Since the cost function of a NN is not convex, for different initialization of the weights the GD minimization procedure leads to different local minima. Therefore, we tested a SFNN and a DWFNN for 150 random initial different weights configurations. For each realization we estimate the average777The average was taken by excluding the first 1500 iterations. of the classification accuracy, and then we build the distribution of the classification accuracy over the 150 realizations (see Fig. 2
). The average values of the classification accuracy distribution for a SFNN and a DWFNN are 0.894 and 0.930, respectively. We also performed the Welch t-test for testing the significance of the difference between the mean values of the classification accuracy distribution for both SFNN and DWFNN, obtaining a highly significant p-value. Figure 2, combined with the results of the Welch t-test demonstrates that the classification accuracy of a DWFNN is significantly better than the accuracy of a SFNN. The training time of a DWFNN is on average 1.46 times the training time of a SFNN for the MNIST dataset. A detailed description of the hyperparameters of the considered networks is presented in Appendix A.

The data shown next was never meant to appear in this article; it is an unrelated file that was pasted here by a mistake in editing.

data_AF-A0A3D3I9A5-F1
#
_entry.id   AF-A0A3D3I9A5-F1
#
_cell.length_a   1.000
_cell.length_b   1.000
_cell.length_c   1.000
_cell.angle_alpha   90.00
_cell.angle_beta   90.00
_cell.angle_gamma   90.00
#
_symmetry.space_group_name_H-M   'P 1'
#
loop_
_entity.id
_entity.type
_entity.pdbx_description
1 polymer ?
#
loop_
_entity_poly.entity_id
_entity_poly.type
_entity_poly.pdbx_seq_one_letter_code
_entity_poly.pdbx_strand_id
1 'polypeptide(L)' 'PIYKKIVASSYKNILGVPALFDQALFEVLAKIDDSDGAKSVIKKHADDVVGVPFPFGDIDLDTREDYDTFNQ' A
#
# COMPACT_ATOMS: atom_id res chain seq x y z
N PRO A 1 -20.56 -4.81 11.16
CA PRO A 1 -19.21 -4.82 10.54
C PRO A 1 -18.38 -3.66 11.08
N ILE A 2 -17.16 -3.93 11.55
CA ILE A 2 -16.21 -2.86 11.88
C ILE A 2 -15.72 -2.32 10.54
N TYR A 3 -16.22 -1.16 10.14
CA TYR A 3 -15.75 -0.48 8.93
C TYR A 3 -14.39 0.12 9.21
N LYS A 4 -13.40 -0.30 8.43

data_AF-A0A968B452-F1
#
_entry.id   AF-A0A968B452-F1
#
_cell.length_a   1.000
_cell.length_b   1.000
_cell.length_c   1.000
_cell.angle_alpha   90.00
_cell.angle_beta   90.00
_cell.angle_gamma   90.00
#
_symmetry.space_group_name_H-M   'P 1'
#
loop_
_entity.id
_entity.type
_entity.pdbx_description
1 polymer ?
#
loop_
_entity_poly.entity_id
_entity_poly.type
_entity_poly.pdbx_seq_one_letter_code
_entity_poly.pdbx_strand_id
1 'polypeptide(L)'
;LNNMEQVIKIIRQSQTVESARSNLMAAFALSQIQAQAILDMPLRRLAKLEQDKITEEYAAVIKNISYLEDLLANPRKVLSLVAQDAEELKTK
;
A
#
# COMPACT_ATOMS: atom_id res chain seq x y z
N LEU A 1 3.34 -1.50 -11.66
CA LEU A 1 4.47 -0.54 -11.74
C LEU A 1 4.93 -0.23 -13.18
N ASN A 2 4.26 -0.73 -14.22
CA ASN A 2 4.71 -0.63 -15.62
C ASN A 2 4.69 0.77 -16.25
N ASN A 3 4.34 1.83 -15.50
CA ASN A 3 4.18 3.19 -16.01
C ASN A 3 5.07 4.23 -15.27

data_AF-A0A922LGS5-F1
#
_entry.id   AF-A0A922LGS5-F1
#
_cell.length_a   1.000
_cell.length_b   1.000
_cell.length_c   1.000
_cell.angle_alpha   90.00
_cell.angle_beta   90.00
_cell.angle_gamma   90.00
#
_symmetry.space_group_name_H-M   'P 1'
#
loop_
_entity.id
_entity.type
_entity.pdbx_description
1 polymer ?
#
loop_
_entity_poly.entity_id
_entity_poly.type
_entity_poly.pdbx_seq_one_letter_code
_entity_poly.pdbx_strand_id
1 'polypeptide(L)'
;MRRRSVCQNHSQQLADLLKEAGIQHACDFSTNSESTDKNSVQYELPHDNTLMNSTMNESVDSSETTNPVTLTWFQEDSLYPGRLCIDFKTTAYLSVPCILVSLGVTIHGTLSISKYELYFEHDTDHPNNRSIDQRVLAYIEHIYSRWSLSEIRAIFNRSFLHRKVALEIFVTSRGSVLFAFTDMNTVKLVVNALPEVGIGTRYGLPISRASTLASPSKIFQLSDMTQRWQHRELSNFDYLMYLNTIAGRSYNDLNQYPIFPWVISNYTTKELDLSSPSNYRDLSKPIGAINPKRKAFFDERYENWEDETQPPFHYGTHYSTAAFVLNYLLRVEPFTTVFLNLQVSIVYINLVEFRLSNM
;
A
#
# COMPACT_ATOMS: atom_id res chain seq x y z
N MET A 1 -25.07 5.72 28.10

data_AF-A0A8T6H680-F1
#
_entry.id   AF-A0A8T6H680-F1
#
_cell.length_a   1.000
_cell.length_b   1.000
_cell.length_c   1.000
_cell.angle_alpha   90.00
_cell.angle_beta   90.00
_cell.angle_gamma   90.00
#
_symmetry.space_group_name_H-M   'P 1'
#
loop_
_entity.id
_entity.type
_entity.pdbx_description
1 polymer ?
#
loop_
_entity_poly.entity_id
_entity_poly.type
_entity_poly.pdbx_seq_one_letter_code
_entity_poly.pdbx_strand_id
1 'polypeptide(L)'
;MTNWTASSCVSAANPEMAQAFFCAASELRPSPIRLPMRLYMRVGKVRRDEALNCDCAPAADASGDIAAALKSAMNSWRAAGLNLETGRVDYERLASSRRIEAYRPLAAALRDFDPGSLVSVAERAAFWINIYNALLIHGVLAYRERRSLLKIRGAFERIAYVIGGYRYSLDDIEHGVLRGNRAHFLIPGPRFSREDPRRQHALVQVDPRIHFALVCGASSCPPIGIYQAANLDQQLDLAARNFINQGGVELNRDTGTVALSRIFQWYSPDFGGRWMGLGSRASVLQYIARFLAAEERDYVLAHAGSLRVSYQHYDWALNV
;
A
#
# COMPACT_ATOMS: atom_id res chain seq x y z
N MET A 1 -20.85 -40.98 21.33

We also compared a CNN consisting of double-weight neurons (DWCNN) in the fully connected layers with a standard CNN (SCNN), repeating the same procedure as above. In Fig. 3 we show an example of classification accuracy as a function of the iteration number between a DWCNN and a SCNN. Figure 4 displays the results of the classification accuracy distribution, suggesting that a DWCNN is better than a SCNN. The mean values of the classification accuracy distribution of a DWCCN and SCNN are 0.978 and 0.984, respectively, and the p-value of the Welch’s t-test is . The training time of a DWCNN is on average 1.11 times the training time of a SCNN for MNIST.
We also compared a DWCNN with a SCNN on CIFAR-10. In Fig. 5 we show an example of classification accuracy as a function of the iteration number between a DWCNN and a SCNN. Figure 6 shows the results of the classification accuracy distribution suggesting that a DWCNN is better than a SCNN. The mean values of the classification accuracy distribution of a DWCCN and SCNN are 0.570 and 0.455, respectively, and the p-value of the Welch t-test is . The training time of a DWCNN is on average 1.07 times the training time of a SCNN for CIFAR-10.